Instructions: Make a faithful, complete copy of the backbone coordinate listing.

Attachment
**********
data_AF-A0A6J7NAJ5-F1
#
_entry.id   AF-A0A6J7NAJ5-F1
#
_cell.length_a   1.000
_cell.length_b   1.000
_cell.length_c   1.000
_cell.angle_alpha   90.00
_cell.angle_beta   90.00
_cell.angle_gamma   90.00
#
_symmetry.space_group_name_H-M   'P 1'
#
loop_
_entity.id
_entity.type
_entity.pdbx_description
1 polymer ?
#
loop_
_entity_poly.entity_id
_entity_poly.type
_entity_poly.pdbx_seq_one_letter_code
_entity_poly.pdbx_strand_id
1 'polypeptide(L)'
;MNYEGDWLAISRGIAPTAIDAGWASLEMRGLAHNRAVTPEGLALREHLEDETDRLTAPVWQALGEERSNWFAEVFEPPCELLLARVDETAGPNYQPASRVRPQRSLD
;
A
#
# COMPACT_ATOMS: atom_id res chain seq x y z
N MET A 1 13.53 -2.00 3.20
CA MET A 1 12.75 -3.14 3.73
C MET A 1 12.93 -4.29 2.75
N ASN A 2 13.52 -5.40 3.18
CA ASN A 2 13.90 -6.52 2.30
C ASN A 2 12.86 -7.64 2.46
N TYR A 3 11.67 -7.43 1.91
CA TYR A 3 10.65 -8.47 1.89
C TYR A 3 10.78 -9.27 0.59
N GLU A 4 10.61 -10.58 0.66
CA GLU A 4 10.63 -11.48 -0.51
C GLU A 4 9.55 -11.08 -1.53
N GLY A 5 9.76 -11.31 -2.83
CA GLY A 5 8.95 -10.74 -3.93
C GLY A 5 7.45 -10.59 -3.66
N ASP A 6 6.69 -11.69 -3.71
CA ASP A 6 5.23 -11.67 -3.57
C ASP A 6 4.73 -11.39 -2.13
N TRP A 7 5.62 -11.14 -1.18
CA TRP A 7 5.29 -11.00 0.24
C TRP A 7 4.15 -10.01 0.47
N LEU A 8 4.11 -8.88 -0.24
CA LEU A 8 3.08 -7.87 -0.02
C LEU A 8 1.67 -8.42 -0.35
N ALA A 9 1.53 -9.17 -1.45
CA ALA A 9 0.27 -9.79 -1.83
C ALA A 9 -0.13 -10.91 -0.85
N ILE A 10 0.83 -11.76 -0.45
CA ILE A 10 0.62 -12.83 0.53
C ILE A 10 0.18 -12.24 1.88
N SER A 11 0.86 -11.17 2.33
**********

data_AF-A0A6J7NAJ5-F1
#
_entry.id   AF-A0A6J7NAJ5-F1
#
_cell.length_a   1.000
_cell.length_b   1.000
_cell.length_c   1.000
_cell.angle_alpha   90.00
_cell.angle_beta   90.00
_cell.angle_gamma   90.00
#
_symmetry.space_group_name_H-M   'P 1'
#
loop_
_entity.id
_entity.type
_entity.pdbx_description
1 polymer ?
#
loop_
_entity_poly.entity_id
_entity_poly.type
_entity_poly.pdbx_seq_one_letter_code
_entity_poly.pdbx_strand_id
1 'polypeptide(L)'
;MNYEGDWLAISRGIAPTAIDAGWASLEMRGLAHNRAVTPEGLALREHLEDETDRLTAPVWQALGEERSNWFAEVFEPPCELLLARVDETAGPNYQPASRVRPQRSLD
;
A
#
# COMPACT_ATOMS: atom_id res chain seq x y z
N MET A 1 13.53 -2.00 3.20
CA MET A 1 12.75 -3.14 3.73
C MET A 1 12.93 -4.29 2.75
N ASN A 2 13.52 -5.40 3.18
CA ASN A 2 13.90 -6.52 2.30
C ASN A 2 12.86 -7.64 2.46
N TYR A 3 11.67 -7.43 1.91
CA TYR A 3 10.65 -8.47 1.89
C TYR A 3 10.78 -9.27 0.59
N GLU A 4 10.61 -10.58 0.66
CA GLU A 4 10.63 -11.48 -0.51
C GLU A 4 9.55 -11.08 -1.53
N GLY A 5 9.76 -11.31 -2.83
CA GLY A 5 8.95 -10.74 -3.93
C GLY A 5 7.45 -10.59 -3.66
N ASP A 6 6.69 -11.69 -3.71
CA ASP A 6 5.23 -11.67 -3.57
C ASP A 6 4.73 -11.39 -2.13
N TRP A 7 5.62 -11.14 -1.18
CA TRP A 7 5.29 -11.00 0.24
C TRP A 7 4.15 -10.01 0.47
N LEU A 8 4.11 -8.88 -0.24
CA LEU A 8 3.08 -7.87 -0.02
C LEU A 8 1.67 -8.42 -0.35
N ALA A 9 1.53 -9.17 -1.45
CA ALA A 9 0.27 -9.79 -1.83
C ALA A 9 -0.13 -10.91 -0.85
N ILE A 10 0.83 -11.76 -0.45
CA ILE A 10 0.62 -12.83 0.53
C ILE A 10 0.18 -12.24 1.88
N SER A 11 0.86 -11.17 2.33